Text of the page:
“I love running the first leg, it was good conditions and even though we knew we had a hard race,” he said. “We knew what we had to do to for the team to get through it and we knew the Australian’s were going to come on strong.”

Yates added: “I wanted to just get us going to as strong a start as possible and give us the best possible chance later on.”

While Leavey admitted it was the ideal way to end the season.

“It was a fun race and I’m enjoying my running, staying away from injuries and things are going well at the moment,” he said.

The Wales foursome of 400m hurdles bronze medallist Rhys Williams (Malcolm Arnold), Joe Thomas (Arwyn Davies), Chris Gowell and Gareth Warburton (Darrell Maynard) finished sixth in a time of 3:06.91.

In the women’s race, Kelly Massey (Stephen Ball), Vicki Barr (Ayo Falola), Meghan Beesley (Nick Dakin) and Nadine Okyere (Joe Caines) captured bronze in 3:29.51 as silver went to Nigeria and gold to India.

Massey said: “It’s just absolutely insane, the atmosphere here, the people and the noise they make.

“The girls were amazing and if we get boosted by a crowd like this I can’t wait to find out what it’s going to be like in London in two years.”

Barr added: “This is just the perfect way to end the season and we always knew we could get a medal in this race. We had to fight and fight for it but it was superb.”

Beesley, who finished seventh in the 400m hurdles final, said: “I was so happy to get through the 400m and I can’t believe we got the medal. It’s amazing and the girls were brilliant.”

And Okyere added: “It was amazing out there and it was so good to India in the race with such a massive crowd.

“They make a lot more noise which spurs you on even if they aren’t cheering for you.”

The Scotland quartet of Gemma Nicol, Eilidh Child (Stuart Hogg), Kathryn Evans and Lee McConnell (Rodger Harkins) were sixth in 3:30.91.

Elsewhere, Kate Dennison (Steve Rippon) claimed pole vault bronze but admitted it was not the medal she wanted, after managing a best clearance of 4.25.

“There was not a lot left in the tank and I think I struggled with the competition being on the last night of the Games. I’m not trying to make excuses but it’s been a long season,” said Dennison.

“It’s a medal and it’s my first Commonwealth one so that’s a positive and I’ve got to start somewhere. I’ll take the good things from this. I feel like it’s a stepping stone for me to go on to better things in the future.”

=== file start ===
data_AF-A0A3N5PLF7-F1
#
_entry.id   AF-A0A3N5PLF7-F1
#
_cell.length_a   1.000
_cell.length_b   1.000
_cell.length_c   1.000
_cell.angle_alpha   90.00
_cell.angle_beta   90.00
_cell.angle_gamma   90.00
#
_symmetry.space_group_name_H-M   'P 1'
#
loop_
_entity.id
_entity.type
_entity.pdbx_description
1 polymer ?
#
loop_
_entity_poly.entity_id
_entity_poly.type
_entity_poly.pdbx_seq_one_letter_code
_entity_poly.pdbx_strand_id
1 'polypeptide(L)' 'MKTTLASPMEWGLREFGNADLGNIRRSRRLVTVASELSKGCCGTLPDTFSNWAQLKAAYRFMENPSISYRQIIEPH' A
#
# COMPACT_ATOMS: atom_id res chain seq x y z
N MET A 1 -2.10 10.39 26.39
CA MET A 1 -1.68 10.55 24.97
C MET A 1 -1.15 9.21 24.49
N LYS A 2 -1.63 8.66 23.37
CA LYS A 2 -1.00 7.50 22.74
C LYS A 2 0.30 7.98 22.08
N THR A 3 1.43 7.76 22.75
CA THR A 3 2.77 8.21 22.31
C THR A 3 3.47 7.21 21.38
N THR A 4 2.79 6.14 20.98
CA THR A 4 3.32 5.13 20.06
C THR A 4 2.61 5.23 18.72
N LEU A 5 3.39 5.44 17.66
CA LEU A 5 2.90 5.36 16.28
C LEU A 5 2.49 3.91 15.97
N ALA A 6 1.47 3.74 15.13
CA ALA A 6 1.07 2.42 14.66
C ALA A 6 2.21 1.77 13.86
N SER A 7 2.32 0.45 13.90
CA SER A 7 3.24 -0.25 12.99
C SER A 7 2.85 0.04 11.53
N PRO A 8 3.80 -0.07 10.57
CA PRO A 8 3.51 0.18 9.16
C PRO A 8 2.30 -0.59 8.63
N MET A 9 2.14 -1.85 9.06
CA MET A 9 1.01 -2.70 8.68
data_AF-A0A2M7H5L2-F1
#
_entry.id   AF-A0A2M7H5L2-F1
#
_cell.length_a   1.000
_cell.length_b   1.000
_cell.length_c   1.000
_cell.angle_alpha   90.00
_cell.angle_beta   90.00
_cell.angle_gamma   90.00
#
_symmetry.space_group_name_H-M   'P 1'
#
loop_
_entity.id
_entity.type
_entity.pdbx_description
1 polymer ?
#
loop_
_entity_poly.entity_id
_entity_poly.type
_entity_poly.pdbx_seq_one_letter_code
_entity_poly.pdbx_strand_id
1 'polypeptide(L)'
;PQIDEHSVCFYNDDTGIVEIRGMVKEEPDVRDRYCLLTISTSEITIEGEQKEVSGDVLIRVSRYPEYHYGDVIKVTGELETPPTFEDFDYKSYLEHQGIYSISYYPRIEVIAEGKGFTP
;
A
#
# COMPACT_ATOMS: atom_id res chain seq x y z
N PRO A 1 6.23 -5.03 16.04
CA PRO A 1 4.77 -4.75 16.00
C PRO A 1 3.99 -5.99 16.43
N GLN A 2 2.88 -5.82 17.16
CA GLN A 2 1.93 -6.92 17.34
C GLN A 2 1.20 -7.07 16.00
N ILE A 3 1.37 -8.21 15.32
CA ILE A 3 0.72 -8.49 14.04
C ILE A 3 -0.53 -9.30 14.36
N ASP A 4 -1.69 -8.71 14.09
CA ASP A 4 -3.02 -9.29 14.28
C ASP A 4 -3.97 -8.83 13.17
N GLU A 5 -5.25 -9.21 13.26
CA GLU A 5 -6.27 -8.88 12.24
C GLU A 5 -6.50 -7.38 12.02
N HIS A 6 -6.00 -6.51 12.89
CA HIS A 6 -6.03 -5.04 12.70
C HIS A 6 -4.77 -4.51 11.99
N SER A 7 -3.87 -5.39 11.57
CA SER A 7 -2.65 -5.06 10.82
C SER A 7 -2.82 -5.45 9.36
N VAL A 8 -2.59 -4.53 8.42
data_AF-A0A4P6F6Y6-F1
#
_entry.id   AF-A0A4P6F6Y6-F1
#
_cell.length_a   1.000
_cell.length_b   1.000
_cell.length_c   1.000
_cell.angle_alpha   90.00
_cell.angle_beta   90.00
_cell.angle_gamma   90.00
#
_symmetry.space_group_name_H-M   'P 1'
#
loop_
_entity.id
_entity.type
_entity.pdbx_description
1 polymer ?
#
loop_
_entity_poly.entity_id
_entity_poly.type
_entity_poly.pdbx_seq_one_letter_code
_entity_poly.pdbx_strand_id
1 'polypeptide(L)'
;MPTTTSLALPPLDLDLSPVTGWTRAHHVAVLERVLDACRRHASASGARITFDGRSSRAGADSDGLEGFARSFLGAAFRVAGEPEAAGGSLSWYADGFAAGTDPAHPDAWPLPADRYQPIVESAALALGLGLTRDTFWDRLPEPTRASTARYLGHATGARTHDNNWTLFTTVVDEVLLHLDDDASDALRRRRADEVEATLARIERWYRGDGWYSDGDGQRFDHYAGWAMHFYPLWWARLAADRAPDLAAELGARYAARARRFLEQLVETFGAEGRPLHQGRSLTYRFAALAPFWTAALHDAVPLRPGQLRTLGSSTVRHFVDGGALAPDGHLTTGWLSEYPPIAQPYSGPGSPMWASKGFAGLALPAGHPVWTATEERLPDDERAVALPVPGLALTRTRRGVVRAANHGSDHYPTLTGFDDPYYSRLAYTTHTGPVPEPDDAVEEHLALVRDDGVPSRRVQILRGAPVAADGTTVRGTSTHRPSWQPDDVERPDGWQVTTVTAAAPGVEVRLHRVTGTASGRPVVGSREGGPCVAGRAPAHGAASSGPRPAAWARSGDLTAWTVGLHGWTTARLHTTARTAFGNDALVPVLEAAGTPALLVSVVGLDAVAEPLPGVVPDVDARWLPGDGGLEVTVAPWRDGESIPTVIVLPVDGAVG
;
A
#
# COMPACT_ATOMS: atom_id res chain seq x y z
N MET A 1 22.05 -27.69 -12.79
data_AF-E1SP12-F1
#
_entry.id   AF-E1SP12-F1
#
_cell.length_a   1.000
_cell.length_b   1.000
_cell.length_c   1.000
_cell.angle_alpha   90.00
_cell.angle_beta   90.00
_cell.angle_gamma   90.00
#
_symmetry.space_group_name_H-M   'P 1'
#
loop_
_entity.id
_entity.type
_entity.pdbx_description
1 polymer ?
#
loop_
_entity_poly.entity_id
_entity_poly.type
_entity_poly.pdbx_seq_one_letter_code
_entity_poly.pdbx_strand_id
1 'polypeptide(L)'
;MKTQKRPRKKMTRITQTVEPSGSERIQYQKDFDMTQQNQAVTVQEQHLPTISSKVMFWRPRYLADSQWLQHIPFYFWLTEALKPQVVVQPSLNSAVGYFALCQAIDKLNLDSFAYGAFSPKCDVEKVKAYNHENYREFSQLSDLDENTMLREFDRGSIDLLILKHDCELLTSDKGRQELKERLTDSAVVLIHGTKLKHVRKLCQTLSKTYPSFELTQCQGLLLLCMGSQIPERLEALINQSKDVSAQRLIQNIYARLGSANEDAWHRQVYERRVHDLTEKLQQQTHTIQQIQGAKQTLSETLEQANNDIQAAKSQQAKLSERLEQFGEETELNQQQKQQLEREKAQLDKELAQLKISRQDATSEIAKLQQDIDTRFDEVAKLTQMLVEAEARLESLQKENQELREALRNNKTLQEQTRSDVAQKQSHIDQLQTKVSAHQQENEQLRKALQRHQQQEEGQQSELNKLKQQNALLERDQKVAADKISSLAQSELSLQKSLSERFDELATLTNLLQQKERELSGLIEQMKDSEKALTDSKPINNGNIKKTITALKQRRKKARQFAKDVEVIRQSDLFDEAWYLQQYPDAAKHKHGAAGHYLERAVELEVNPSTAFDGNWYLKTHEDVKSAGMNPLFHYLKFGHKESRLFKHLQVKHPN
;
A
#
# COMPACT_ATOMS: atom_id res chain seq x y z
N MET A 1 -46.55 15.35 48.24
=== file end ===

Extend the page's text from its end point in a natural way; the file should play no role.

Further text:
Meanwhile, England’s Emma Lyons (Scott Simpson) was seventh after clearing 4.10 while Welsh duo Sally Peake (Scott Simpson) and Bryony Raine (Scott Simpson) finished eighth and 12th with best efforts of 3.95 and 3.80 respectively. Scotland’s Henrietta Paxton (Alan Richardson) failed to register a mark.

In the women’s 5000m, Scotland’s Steph Twell (Mick Woods) confirmed herself as best of the rest as she came home fourth behind a Kenyan 1-2-3, led by Vivian Cheruiyot.

World champion Cheriuyot crossed the line in 15.55.12 while compatriot Sylvia Kibet was second in 15.55.61 and Ines Chenonge took bronze.

But Twell, who finished strongly and 1.44 behind Chenonge, already has 1500m bronze to her name in Delhi – and the 21-year-old insists there is plenty more to come next year.

“As a whole, it’s just a special feeling. I’m just excited. It’s a testament to the years of work which I’ve put in and I feel like I’m achieved something special here,” said Twell.

England’s Charlotte Purdue (Mick Woods) finished sixth in 16:16.13 while Freya Murray of Scotland was a further place back in 16:26.22.

England’s Nathan Douglas (Aston Moore) almost added a triple jump bronze to his medal collection after leaping 16.96 to finish fourth.

Douglas held a medal place until Cameroon’s Lucien Mamba Schlick produced a new national record of 17.14 to take silver and relegate the English athlete to third.

Teammate Larry Achike’s (Frank Attoh) opening jump of 16.59 proved to be his best and was good enough to finish seventh.

In the men’s 1500m final, gold went to Kenya’s Silas Kiplagat in a time of 3:41.78 while England’s Andy Baddeley (Andrew Hobdell) managed sixth place in 3:43.33 and his teammate Tom Lancashire (Norman Poole) was eighth in 3:43.58 and Wales’ James Thie (Self) was one place 0.67 further back in ninth.

And the men’s javelin had a strong Antipodean flavour to it with Australia’s Jarrod Bannister (81.71) taking the gold medal ahead of New Zealand’s Stuart Farquhar (78.15) in second.

Local favourite Kashinath Naik (74.29) completed the podium while Lee Doran (John Davies) was the highest home nation finisher, ending fifth with a throw of 72.56.

Welshman Doran was closely followed by Scotland’s James Campbell (Mick Hill) who was sixth with a best of 72.04.